Tuesday came and went with a mayoral Republican nominee but an unclear outcome in the Democratic primary.
Public Advocate Bill de Blasio’s last minute momentum was enough to secure him a first place finish, but not necessarily enough to earn him the nomination without a runoff.
Though he beat former City Comptroller Bill Thompson by a significant lead, he was still hovering around the 40 percent threshold needed to avoid an October 1 election, according to unofficial results.
With 98 percent of precincts reporting, de Blasio had 40 percent and Thompson had 26 percent.
“What we have achieved here tonight, and what we’ll do in the next round of this campaign, won’t just change the view of how things look inside City Hall, but will change the policies that have left behind so many of our fellow New Yorkers outside of City Hall,” de Blasio said to his supporters in Brooklyn on Tuesday.
“I think we all know that this race is incredibly close and there are still tens of thousands of ballots that remain to be counted,” Thompson told his supporters that night.
“But every voice in New York City counts,” he also said, “and we’re going to wait for every voice to be heard. We’re going to wait for every voice to be counted.”
Lhota easily secured his party nomination with 53 percent of the vote, beating grocery store mogul John Catsimatidis, who had 41 percent, and Doe Fund founder George McDonald, who had 7 percent.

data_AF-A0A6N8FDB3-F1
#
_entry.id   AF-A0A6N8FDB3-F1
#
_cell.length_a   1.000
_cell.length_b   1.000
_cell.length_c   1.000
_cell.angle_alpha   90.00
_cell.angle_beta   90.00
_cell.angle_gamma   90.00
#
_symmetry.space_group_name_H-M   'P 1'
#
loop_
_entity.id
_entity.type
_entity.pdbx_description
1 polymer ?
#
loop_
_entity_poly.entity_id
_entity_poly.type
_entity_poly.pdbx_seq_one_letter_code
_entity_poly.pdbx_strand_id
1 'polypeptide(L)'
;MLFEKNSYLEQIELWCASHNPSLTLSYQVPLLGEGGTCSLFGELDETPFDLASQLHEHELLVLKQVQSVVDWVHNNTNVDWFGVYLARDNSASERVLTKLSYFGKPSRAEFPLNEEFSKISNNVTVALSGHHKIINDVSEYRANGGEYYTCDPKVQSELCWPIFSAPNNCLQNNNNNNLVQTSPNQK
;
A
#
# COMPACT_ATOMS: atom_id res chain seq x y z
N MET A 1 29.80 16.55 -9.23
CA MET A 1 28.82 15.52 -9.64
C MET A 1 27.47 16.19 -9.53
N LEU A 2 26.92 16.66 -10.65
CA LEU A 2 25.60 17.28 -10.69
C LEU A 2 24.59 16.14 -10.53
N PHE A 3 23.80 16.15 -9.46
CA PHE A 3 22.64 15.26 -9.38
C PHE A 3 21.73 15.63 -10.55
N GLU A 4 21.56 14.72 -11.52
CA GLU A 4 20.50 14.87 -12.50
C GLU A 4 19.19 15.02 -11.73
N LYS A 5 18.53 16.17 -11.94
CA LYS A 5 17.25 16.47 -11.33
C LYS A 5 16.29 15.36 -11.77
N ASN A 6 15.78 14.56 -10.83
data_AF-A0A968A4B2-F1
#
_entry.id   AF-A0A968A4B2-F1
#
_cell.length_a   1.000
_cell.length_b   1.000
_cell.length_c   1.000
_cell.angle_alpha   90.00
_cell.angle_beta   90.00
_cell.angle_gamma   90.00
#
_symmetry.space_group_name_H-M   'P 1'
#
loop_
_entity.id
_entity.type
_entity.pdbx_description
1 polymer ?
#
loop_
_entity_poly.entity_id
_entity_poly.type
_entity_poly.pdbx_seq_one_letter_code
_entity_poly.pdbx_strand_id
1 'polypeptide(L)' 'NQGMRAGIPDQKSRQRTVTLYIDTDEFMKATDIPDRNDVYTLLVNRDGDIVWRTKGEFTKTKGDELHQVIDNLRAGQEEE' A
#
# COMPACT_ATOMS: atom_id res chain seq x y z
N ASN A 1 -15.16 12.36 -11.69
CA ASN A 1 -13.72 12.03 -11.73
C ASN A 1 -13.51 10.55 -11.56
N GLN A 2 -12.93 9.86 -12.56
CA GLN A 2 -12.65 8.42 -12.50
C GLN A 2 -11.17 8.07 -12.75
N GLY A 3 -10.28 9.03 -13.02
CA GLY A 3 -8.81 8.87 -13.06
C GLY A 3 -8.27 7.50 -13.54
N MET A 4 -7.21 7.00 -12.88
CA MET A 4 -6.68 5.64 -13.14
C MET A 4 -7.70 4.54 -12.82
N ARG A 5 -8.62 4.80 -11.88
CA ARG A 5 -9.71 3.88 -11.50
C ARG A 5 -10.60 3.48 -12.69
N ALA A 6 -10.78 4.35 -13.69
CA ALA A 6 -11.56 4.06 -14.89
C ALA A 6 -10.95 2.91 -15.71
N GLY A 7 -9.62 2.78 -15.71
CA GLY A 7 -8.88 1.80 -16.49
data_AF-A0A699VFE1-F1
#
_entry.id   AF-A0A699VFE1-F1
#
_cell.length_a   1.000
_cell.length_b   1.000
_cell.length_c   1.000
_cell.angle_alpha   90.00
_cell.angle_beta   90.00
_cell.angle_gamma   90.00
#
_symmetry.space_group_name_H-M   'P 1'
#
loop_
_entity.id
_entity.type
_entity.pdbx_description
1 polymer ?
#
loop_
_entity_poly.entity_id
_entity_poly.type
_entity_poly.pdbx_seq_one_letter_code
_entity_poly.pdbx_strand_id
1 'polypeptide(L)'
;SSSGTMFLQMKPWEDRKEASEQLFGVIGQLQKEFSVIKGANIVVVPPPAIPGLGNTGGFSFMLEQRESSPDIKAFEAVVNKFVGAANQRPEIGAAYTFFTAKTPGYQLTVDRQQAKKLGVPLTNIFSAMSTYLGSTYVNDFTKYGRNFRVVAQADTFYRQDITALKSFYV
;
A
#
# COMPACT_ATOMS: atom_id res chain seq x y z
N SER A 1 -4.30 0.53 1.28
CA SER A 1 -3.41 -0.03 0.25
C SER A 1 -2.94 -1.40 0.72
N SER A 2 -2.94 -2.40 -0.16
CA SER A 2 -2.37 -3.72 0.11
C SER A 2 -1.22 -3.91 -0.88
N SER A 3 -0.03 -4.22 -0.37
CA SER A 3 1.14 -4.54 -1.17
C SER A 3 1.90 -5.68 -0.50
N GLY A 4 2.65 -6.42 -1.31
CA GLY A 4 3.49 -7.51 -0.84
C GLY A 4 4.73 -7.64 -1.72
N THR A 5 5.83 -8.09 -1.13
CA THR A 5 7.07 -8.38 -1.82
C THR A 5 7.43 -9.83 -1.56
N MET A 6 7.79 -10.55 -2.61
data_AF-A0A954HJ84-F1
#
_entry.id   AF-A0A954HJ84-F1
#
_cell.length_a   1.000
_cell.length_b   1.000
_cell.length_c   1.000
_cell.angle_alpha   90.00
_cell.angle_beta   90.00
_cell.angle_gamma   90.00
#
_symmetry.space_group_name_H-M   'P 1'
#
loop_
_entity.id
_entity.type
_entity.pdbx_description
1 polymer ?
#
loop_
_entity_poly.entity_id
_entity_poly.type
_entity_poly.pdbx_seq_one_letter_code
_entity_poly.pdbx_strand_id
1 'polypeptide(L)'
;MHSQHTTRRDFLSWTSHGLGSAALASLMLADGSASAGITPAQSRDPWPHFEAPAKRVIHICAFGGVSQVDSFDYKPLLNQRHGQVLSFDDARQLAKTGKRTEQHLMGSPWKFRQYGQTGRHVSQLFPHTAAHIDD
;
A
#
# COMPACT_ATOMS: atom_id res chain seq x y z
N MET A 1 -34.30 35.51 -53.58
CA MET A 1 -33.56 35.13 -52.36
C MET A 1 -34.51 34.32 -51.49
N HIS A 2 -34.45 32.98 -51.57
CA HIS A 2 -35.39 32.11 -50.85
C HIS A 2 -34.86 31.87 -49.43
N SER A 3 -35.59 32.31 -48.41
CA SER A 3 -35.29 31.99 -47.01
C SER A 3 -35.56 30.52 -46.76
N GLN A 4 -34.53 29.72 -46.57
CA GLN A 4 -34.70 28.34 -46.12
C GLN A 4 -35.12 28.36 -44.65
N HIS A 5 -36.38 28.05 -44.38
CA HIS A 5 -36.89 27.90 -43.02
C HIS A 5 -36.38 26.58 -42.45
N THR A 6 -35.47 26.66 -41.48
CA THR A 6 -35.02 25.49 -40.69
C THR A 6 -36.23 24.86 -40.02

“Ladies and gentlemen, tonight represents a mile marker on our road to victory in November. Our journey continues—just at a faster pace,” said Lhota speaking to supporters. “Now is the time for our party to come together and unite for the common good.”
It was no surprise the ex-MTA chairman and former deputy mayor under Rudy Giuliani won, as recent polls predicted.
Unlike the GOP Primary, the Democratic race not only had various front-runners, but also more controversy.
City Council Speaker Christine Quinn was the early front-runner, but when former Congressmember Anthony Weiner entered the race in May, her lead shrunk in the polls.
Weiner, however, soon faced another sexting scandal, and he lost favorability with voters.
In August, de Blasio started to gain in the polls, and became the front-runner. He eventually surged ahead, and, in some surveys, even had enough support to avoid a runoff.
As the race drew closer, some of those same polls showed Quinn losing support among voters, and even predicted her third place finish.
In the primary, Quinn had 16 percent, followed by John Liu with 7 percent.
Liu, the only mayoral candidate from Queens, was optimistic that his numbers on election night would be better than the single digits the polls were showing, but his campaign was facing fundraising issues.
Though he was never accused of any wrongdoing, two of his campaign workers were found guilty in connection to illegally funneling funds to his campaign, and he was denied millions in campaign public matching funds.
Weiner finished behind Liu, with 5 percent, even though he was polling better than him.
“We had the best ideas,” Weiner said, giving his concession speech. “Sadly I was an imperfect messenger.”